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Single Best Career Advice – HOW Design TODAY August 2023

A couple of weeks ago, we started thinking about back-to-school season, and we sent an email asking you one question: What’s the single-best piece of design or career advice you’ve ever received?

We were hoping to net a couple solid responses we could share with designers hitting classrooms and the job marketplace this August—and our network at large. But HOWies, you *really* delivered. Your dozens and dozens of responses completely blew us away, so we’ve decided to dedicate this month’s newsletter to 15 of our favorites. Stay tuned for next month’s newsletter, where we just might share 15 more!

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“Give a damn. The foundation of design is empathy. If you care about the people, community, and world around you, then everything else will fall into place.” —Eileen Asher, Brand & Marketing Specialist, Educational Service Center of Central Ohio

“Less is more. My undergraduate advisor and graphic design professor encouraged us to embrace the negative space both in design and in life. Don’t over-design—simplify.” —Laura Viola Maccarone, Owner/Creative Director, Rizbee Studio

“The best piece of advice I received was, ‘Clients don’t want to hear about problems, they want to hear solutions.’ This pearl of wisdom was shared by a producer of pop-ups and art installations. He taught me to cultivate a growth mindset and be more creative and resourceful in the face of challenges. He walked his talk and inspired me to do the same.” Justine Clay, business coach and ADHD coach for creative professionals

“Speak up! Great ideas can come from unexpected voices. Be influenced by the brilliance of others, but bring your own lightning to the brain storm.” —Wes Richards, Creative Director, Deardorff

“The best career advice I received as a designer and now an agency owner was to replace a single word in my vocabulary: Instead of using the word price, replace it with cost or investment. In the minds of many, price is negotiable, but the cost or investment is not. That single vocabulary change eliminated any bargaining on the value of our work.” —Paul Feith, President, Paul Gregory Media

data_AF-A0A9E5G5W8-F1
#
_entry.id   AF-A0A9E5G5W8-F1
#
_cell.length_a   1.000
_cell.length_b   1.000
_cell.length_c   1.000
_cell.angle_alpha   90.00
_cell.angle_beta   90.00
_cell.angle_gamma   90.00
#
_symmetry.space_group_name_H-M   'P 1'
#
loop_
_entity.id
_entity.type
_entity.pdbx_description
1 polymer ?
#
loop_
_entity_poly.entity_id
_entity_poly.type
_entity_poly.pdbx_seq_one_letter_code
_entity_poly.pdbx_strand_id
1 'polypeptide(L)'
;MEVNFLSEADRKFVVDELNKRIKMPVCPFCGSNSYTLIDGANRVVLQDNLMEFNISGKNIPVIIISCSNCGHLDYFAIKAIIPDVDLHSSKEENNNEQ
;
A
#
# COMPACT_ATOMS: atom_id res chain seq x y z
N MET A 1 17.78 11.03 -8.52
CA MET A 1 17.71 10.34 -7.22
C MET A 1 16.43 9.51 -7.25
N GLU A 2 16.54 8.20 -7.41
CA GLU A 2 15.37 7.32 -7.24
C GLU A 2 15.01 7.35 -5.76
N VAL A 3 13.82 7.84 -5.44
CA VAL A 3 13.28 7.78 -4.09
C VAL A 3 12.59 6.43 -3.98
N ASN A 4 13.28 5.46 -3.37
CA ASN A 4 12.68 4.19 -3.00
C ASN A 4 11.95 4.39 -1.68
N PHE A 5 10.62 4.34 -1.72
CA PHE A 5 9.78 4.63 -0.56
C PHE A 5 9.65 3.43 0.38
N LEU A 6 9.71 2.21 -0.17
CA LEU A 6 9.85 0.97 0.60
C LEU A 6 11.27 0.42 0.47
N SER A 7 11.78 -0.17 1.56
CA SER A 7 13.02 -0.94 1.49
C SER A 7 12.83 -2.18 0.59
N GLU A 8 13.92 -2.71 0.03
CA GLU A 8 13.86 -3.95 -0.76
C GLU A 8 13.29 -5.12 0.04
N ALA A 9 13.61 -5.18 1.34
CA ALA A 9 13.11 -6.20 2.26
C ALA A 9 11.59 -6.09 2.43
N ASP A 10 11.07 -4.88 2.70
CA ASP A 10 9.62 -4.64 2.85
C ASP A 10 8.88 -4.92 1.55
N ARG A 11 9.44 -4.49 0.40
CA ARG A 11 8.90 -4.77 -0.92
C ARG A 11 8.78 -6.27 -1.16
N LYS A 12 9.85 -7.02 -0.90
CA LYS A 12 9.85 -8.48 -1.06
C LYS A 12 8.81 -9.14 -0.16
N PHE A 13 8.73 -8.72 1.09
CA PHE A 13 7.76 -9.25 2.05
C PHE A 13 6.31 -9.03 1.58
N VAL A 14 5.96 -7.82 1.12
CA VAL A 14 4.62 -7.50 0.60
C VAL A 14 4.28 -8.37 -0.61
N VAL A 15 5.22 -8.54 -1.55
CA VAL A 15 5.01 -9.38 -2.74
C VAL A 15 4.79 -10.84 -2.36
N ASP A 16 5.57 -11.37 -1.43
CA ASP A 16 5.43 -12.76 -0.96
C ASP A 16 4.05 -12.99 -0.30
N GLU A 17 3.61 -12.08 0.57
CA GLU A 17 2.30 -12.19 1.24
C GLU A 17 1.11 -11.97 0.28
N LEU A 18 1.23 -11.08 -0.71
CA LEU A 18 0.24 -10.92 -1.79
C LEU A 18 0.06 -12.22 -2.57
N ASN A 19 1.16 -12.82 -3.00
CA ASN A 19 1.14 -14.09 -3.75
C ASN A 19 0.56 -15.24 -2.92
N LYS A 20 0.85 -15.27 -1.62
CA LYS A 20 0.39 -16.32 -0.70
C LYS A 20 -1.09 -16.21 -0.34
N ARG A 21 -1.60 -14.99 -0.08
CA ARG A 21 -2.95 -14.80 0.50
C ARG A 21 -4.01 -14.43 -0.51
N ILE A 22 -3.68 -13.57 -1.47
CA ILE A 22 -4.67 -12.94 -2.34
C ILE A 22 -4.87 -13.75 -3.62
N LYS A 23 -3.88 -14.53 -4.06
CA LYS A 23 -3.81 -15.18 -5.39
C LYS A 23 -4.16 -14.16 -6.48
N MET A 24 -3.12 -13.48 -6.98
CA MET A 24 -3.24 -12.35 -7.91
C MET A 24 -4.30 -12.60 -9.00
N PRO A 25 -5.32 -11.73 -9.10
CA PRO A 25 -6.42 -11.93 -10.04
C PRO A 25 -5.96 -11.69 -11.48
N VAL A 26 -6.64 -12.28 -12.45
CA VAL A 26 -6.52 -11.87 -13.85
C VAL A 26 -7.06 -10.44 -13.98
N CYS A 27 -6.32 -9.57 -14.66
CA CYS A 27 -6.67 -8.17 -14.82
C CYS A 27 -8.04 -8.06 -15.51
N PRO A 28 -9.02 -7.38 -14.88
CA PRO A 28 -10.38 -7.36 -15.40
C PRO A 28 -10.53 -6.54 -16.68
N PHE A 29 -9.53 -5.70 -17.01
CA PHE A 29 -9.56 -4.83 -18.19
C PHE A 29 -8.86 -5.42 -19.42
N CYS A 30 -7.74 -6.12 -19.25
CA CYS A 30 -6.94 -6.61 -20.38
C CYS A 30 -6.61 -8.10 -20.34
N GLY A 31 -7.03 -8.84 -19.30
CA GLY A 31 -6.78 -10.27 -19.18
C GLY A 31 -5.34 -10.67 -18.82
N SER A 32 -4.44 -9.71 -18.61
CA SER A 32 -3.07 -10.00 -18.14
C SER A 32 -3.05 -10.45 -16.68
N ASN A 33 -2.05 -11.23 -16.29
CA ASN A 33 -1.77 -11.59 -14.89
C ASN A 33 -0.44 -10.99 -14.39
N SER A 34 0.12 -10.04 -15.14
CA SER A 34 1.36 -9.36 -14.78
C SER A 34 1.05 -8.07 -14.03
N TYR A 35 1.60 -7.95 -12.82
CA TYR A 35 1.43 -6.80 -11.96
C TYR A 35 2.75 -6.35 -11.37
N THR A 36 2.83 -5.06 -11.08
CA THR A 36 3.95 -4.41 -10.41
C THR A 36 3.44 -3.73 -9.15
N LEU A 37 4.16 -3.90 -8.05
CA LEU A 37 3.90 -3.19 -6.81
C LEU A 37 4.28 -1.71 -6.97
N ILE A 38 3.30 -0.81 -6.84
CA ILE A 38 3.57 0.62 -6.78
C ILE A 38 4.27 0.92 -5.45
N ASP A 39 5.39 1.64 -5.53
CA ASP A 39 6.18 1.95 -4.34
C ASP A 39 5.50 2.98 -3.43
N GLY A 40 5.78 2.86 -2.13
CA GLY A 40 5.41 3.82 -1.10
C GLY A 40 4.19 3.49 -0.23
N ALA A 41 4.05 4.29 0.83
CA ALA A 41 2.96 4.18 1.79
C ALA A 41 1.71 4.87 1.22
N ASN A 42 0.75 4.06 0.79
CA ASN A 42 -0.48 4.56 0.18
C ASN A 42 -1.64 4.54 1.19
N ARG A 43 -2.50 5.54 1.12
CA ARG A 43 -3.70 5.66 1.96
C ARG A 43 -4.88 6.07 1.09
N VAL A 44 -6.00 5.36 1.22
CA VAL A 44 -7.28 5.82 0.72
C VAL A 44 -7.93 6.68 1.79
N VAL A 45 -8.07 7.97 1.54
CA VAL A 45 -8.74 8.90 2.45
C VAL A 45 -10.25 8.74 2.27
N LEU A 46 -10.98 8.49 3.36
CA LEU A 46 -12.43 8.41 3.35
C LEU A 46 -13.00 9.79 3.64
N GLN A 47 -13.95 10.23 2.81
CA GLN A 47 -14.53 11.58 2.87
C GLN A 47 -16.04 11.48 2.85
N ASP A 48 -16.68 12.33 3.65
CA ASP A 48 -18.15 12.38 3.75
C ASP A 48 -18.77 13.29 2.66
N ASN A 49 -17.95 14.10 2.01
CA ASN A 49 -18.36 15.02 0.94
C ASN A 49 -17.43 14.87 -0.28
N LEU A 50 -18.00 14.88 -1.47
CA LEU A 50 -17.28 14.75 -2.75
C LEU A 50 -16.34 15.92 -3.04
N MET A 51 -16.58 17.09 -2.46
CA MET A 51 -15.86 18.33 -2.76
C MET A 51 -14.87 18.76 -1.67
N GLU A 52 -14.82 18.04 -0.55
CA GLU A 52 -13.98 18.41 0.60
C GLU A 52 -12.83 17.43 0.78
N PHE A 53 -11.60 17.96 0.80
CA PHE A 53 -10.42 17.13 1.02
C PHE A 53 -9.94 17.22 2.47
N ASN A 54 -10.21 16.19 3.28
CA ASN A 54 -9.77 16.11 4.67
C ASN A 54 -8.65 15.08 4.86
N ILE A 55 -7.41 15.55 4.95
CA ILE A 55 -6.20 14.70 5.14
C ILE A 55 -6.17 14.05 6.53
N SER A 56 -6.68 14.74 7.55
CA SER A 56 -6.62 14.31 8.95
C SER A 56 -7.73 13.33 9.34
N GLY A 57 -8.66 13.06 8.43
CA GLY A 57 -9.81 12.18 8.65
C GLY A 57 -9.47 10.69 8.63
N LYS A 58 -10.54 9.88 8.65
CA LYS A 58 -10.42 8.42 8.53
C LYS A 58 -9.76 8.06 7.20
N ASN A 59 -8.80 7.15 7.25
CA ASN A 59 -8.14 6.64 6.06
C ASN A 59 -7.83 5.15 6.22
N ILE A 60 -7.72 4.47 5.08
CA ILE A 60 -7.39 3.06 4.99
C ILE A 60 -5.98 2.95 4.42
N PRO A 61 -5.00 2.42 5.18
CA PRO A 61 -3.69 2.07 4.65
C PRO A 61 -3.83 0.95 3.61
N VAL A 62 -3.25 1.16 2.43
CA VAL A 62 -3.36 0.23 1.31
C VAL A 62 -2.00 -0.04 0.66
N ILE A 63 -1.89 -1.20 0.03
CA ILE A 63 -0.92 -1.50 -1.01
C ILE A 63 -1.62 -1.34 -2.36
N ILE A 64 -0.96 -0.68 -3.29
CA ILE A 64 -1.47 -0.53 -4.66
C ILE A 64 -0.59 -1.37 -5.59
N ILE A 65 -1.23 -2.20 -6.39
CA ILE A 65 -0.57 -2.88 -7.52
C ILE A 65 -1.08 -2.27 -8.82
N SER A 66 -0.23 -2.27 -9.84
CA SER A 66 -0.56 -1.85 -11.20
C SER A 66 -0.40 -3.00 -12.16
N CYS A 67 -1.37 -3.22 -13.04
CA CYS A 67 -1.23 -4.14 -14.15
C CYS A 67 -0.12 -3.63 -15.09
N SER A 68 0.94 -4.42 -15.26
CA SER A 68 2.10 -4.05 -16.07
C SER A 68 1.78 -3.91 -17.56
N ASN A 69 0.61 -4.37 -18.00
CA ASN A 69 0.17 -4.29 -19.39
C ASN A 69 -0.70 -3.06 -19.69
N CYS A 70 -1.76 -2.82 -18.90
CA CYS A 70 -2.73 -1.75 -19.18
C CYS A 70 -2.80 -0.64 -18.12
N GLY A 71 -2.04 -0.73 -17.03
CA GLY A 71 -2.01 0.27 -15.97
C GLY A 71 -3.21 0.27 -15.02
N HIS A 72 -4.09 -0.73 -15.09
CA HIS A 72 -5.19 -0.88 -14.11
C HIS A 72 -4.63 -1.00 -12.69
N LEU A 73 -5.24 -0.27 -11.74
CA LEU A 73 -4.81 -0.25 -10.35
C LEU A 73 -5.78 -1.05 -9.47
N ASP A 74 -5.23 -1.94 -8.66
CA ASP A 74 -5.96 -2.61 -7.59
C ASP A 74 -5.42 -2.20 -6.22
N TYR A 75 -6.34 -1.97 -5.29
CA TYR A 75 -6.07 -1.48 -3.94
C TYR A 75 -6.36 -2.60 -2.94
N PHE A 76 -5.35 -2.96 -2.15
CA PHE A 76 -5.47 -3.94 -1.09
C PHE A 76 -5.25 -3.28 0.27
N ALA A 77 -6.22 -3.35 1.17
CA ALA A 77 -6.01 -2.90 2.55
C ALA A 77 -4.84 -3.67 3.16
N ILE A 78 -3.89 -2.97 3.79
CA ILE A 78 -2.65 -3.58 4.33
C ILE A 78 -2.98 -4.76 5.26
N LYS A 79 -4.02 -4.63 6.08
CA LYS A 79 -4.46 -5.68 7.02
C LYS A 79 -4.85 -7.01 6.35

“[The best design advice I ever received] was from Stefan Sagmeister at one of his design salons at his studio in NYC: ‘It is your job as a designer to delight and surprise.’” —Adam Albright, Design Manager, Hagley Museum and Library

“Focus on what matters most to you—understand your ‘why.’ Your story matters more than ever; it’s what makes you unique and sets you apart from others.” —Michael Dimaano, Product Design Lead, Ford Motor Company

“My design professor in college strongly encouraged me to work with my hands. When you hold design elements in your hands (like cut-out letters), you can manually move and position them, and that gives you a physical connection to your design, rather than pushing a mouse or a trackpad. It’s a great exercise to physically work with letterforms—it helps you envision typographic designs, create your own ligatures, and fires up different parts of your brain’s creativity center. We’re long past manual pasteup, but there is still great value and reward in physically arranging design elements.” —Luke Duran, Art Director, Montana Outdoors

“If you aren’t uncomfortable, you aren’t growing. The goal is to never be comfortable in your career—seek discomfort, embrace discomfort, and you’ll continue to soar.” —Abbey Reifsnyder, CCO, Digital Relativity

“If you don’t ask, the answer is always ‘No.’” —Marcela Rodriguez Joos, Senior Digital Experience Manager, UPS

“I was only three years out of college and working at my first agency job. After a particularly rough string of weeks where it seemed nothing I could do would move the needle on several projects, the owner of the company told me, ‘You can’t care more than the client.’ At the time, I didn’t get it, but years later I realized you have to determine where to invest your heart and soul, and which client jobs are merely … jobs. Fighting the good fight with every project means no energy left for the projects that fuel your passion, with clients who feel the same. Know the difference. Shared passion makes for amazing clients!” —Melanie Shellito, Brand Strategist/Owner, Firebrand Cooperative

“Invest in becoming a T-shaped employee: good at a lot of things but great at only a few. That way you are able to help with many situations but also create a distinct career brand.” —Annie Rogerson, Director of Design & Marketing, Artisan Talent

“Approach your creative role as a strategist who is also concerned with what happens outside the creative team. This made a lot of sense because design school doesn’t teach business, and when we are promoted for doing our job well, we are completely unequipped to have conversations about business objectives and marketing strategy. But business school doesn’t teach how to inspire designers, so that’s why you’ll either get a brief the size of a novel or a few lines in an email; both are useless in helping us turn the rational language of business into the emotional language of design. Think how they think to do what we do.” —Douglas Davis, Principal, The Davis Group LLC

“Do not apologize for the way you get inspiration. Sitting at a café sketching; studying graffiti, people; typography on street signage; the color of a light pattern … is all just as productive, if not more, than sitting at a computer staring at pixels.” —Claudia Piper, Co-CEO/CCO, Foerstel+Piper+Martin

“If it is your calling, it will keep calling you.” —Madison Carritt, Graphic Designer, Omaha’s Henry Doorly Zoo & Aquarium


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